Outside The Museum

As for the outside the architecture of the building is amazing (and this is replicated inside), and I hope the many photos will reflect this. However here’s some of the best shots:

The Tower from Outside (you get there from inside though)

The Ghibli Museum

I took some photos for some of the other visitors, and in return they took this one of me with the Laputa robot that’s on the roof:

Oh, and there’s a working pump like the one in My Neighbour Totoro in the courtyard:

Getting this shot was a bit awkward

After lunch in Mitaka where apparently BLT sandwiches include egg and come as a set including a green tea based dessert, I returned to Tokyo where hilarity ensued.

The Comedy of Errors and Frog-Kun

Ok, so Frog-Kun is an Australian aniblogger now working for the Anime News Network in Tokyo. We’ve been mutually following each other on Twitter for a while now, so it was logical to try and meet up.

Except I only have roaming phone access with, apparently, terrible connections. Even when Frog-kun did manage to call me, I didn’t get a caller ID so I couldn’t return the calls, and half the time we couldn’t hear each other anyway.

Frog-kun hasn’t been to Asakusa before, and didn’t know the station. There are two exits from the maze of tunnels with the same number -A4 and 4. I thought I said A4, Frog-Kun thought I said 4, and much running around ensued. This included me getting lost briefly since I hadn’t managed it this morning (yes, I’m laughing at myself here, I may as well under the circumstances).

Eventually I managed to leech some wi-fi from somewhere (don’t ask me where, I have no idea), and we managed to sort it out via DMs on twitter.

So once our comedy of errors was resolved, we managed to get an hour or chatting in a coffee shop over Hot Chocolates. Very civilised, and we’ll be trying for another meet up later in the trip. Yes, this does mean that Frog-Kun has a very good idea of what the rest of the trip involves, and no, Frog-kun won’t be spoiling it. Because Frog-kun is awesome and will no doubt enjoy being one of the people in the know. 😄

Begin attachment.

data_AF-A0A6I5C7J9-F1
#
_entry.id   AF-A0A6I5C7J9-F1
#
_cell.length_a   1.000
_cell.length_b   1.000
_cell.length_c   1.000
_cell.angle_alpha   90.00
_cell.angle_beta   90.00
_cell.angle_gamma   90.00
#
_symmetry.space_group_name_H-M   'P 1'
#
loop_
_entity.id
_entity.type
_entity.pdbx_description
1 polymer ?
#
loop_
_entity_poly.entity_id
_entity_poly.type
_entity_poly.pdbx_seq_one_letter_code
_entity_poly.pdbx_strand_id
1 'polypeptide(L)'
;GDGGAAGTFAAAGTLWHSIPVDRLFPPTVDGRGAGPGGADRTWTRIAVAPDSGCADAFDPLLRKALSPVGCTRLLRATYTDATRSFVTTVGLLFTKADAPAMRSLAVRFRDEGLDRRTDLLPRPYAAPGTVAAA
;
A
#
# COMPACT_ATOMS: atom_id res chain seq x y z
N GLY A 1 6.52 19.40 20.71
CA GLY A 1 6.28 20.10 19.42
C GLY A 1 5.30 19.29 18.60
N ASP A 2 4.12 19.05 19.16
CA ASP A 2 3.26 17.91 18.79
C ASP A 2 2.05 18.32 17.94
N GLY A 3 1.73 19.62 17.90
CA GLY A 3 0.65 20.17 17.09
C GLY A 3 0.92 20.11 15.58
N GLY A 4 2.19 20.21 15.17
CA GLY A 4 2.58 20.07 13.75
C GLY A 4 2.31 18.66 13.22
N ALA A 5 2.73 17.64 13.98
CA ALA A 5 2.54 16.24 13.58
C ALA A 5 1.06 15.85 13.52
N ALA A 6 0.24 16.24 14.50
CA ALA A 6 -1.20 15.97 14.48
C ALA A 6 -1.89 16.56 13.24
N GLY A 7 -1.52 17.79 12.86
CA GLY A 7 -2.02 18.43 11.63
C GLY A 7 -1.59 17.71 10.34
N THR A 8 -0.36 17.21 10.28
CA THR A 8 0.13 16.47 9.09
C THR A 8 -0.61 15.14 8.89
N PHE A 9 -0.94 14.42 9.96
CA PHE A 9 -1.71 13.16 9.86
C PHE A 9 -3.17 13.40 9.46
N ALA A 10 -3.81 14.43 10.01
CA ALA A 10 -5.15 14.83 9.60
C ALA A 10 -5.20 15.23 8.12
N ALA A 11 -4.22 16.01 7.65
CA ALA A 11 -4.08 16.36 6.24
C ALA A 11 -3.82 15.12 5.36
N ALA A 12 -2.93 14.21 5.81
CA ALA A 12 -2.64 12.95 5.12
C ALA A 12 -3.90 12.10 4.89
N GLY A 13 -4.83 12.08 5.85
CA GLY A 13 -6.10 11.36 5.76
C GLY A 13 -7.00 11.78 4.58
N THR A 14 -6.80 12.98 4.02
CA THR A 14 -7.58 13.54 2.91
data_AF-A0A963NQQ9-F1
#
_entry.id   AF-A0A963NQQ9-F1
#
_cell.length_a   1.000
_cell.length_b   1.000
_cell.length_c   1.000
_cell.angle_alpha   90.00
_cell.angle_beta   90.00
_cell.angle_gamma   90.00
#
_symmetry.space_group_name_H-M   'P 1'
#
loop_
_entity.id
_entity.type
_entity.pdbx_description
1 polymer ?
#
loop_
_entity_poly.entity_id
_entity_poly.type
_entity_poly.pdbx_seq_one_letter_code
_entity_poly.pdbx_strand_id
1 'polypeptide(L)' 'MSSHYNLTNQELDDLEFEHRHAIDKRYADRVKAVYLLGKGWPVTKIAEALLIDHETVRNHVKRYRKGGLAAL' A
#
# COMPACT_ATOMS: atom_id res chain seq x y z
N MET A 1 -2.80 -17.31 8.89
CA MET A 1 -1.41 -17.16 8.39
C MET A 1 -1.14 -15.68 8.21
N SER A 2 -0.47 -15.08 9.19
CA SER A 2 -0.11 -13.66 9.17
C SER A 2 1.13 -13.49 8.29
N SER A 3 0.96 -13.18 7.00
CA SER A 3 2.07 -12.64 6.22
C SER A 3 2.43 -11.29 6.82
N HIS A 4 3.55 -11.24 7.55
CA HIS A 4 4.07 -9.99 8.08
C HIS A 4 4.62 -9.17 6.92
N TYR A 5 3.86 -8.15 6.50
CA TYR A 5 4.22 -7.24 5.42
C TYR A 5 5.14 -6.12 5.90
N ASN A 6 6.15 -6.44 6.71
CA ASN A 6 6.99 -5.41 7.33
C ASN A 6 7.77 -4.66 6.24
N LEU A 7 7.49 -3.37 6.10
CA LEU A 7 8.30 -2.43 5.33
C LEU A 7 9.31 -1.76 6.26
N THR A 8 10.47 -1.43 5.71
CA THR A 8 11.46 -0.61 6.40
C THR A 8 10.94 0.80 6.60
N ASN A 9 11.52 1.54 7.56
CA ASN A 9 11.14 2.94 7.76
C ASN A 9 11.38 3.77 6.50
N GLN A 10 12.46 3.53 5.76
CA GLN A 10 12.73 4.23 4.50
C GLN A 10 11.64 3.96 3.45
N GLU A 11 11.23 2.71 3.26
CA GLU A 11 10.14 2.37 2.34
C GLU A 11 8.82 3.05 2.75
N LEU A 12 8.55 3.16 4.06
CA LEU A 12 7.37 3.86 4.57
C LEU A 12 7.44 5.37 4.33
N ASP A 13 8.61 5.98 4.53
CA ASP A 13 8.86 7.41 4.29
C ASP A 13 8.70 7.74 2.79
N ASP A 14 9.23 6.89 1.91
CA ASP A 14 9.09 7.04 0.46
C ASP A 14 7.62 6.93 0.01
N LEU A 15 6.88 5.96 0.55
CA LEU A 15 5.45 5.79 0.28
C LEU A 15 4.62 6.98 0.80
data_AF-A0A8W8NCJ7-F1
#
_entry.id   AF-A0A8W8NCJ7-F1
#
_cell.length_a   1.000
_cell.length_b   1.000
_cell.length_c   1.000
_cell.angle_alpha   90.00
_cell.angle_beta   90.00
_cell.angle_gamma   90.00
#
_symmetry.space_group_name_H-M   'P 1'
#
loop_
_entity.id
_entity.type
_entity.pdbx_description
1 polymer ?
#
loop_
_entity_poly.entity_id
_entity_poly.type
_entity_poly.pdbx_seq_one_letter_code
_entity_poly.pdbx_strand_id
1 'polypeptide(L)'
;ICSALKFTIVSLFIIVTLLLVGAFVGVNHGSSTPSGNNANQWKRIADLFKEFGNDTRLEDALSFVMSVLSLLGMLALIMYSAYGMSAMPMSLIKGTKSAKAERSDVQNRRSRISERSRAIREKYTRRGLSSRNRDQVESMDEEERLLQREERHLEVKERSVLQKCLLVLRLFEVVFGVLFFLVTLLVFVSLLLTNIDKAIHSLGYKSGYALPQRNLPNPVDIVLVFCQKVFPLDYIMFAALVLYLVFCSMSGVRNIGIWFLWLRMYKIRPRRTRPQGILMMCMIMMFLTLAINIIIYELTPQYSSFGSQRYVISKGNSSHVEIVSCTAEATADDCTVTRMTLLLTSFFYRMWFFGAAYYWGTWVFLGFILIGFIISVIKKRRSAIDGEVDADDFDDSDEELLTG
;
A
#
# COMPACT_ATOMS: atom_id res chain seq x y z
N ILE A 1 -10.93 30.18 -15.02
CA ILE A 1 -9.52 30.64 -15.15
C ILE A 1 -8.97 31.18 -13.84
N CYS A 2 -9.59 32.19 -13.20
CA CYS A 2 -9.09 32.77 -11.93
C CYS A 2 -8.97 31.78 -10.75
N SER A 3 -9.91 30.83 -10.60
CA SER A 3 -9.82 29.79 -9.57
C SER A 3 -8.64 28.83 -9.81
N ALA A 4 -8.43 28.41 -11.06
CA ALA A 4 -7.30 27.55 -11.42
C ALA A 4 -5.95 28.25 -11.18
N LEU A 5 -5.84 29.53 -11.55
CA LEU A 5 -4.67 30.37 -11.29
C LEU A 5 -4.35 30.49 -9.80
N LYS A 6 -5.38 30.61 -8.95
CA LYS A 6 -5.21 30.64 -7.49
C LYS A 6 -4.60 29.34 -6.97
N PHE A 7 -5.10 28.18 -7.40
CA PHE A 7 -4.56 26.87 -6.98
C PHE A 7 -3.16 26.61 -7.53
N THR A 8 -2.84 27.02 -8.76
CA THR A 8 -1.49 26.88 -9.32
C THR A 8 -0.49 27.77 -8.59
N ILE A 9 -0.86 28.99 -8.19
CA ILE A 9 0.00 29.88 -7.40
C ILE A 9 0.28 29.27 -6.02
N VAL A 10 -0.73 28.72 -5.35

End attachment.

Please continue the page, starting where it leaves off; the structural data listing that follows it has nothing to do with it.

Tokaido Trail

After the friendly chat with Frog-kun, I returned to the hotel to meet the Tokaido Trail tour group and have dinner with the group. Looks like a good bunch of people and I think the tour leader Brett will make it awesome (spoiler: he did). Tomorrow is the start of the Tokaido Trail tour proper, and I’m looking forward to it.


And here’s the Google Photos gallery for today. NB: Every so often when I log into Google Photos the assistant will have automatically processed some stuff (stylising and/or creating panoramas). I’m generally saving these into the same albums.

Other bits and pieces to note: In the first photo I’m not sure of the brand (I got it in JB Hi-Fi) but the plug adaptor I’m using has 4 USB ports. This has already simplified my life significantly.

In the middle are some absolute rarities. Don’t expect many more of those this trip.

In the last photo, well, that’s not all of my loot from the Mamma Auito! shop but some of it is secret. And staying packed until my return. And to certain people who are hopefully reading this blog (you know who you are), no, you cannot have my Totoro and Jiji plushies. You may borrow them however when you visit for gaming and anime however. 😜

Speaking of the loot:

The Loot!